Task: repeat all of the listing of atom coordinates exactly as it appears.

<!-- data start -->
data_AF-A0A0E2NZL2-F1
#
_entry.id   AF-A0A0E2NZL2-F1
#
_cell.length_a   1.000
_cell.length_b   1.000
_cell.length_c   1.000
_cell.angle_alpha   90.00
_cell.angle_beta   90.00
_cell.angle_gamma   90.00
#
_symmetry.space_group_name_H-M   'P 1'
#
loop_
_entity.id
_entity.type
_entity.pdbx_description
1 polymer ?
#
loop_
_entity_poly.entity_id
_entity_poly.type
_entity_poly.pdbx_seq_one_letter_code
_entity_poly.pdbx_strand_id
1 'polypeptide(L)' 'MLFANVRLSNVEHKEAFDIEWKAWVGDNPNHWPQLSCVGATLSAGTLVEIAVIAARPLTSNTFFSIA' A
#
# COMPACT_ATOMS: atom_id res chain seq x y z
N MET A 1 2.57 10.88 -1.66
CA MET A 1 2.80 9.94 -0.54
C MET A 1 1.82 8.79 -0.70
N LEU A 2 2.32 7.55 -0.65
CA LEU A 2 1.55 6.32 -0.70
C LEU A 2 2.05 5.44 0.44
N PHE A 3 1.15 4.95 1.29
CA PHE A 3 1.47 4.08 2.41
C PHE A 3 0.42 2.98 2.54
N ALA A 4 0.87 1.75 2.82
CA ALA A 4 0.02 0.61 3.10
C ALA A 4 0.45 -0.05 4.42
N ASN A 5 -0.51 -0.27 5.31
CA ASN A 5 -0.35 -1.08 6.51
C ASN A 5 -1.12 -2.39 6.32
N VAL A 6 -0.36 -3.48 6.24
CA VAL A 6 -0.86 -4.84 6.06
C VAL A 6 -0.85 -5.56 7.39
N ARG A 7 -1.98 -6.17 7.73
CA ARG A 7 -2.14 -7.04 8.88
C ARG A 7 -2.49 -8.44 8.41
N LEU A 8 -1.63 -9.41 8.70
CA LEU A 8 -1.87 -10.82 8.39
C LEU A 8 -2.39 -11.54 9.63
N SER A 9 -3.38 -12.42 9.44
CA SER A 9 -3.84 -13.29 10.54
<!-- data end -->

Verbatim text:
data_AF-A0A0E2NZL2-F1
#
_entry.id   AF-A0A0E2NZL2-F1
#
_cell.length_a   1.000
_cell.length_b   1.000
_cell.length_c   1.000
_cell.angle_alpha   90.00
_cell.angle_beta   90.00
_cell.angle_gamma   90.00
#
_symmetry.space_group_name_H-M   'P 1'
#
loop_
_entity.id
_entity.type
_entity.pdbx_description
1 polymer ?
#
loop_
_entity_poly.entity_id
_entity_poly.type
_entity_poly.pdbx_seq_one_letter_code
_entity_poly.pdbx_strand_id
1 'polypeptide(L)' 'MLFANVRLSNVEHKEAFDIEWKAWVGDNPNHWPQLSCVGATLSAGTLVEIAVIAARPLTSNTFFSIA' A
#
# COMPACT_ATOMS: atom_id res chain seq x y z
N MET A 1 2.57 10.88 -1.66
CA MET A 1 2.80 9.94 -0.54
C MET A 1 1.82 8.79 -0.70
N LEU A 2 2.32 7.55 -0.65
CA LEU A 2 1.55 6.32 -0.70
C LEU A 2 2.05 5.44 0.44
N PHE A 3 1.15 4.95 1.29
CA PHE A 3 1.47 4.08 2.41
C PHE A 3 0.42 2.98 2.54
N ALA A 4 0.87 1.75 2.82
CA ALA A 4 0.02 0.61 3.10
C ALA A 4 0.45 -0.05 4.42
N ASN A 5 -0.51 -0.27 5.31
CA ASN A 5 -0.35 -1.08 6.51
C ASN A 5 -1.12 -2.39 6.32
N VAL A 6 -0.36 -3.48 6.24
CA VAL A 6 -0.86 -4.84 6.06
C VAL A 6 -0.85 -5.56 7.39
N ARG A 7 -1.98 -6.17 7.73
CA ARG A 7 -2.14 -7.04 8.88
C ARG A 7 -2.49 -8.44 8.41
N LEU A 8 -1.63 -9.41 8.70
CA LEU A 8 -1.87 -10.82 8.39
C LEU A 8 -2.39 -11.54 9.63
N SER A 9 -3.38 -12.42 9.44
CA SER A 9 -3.84 -13.29 10.54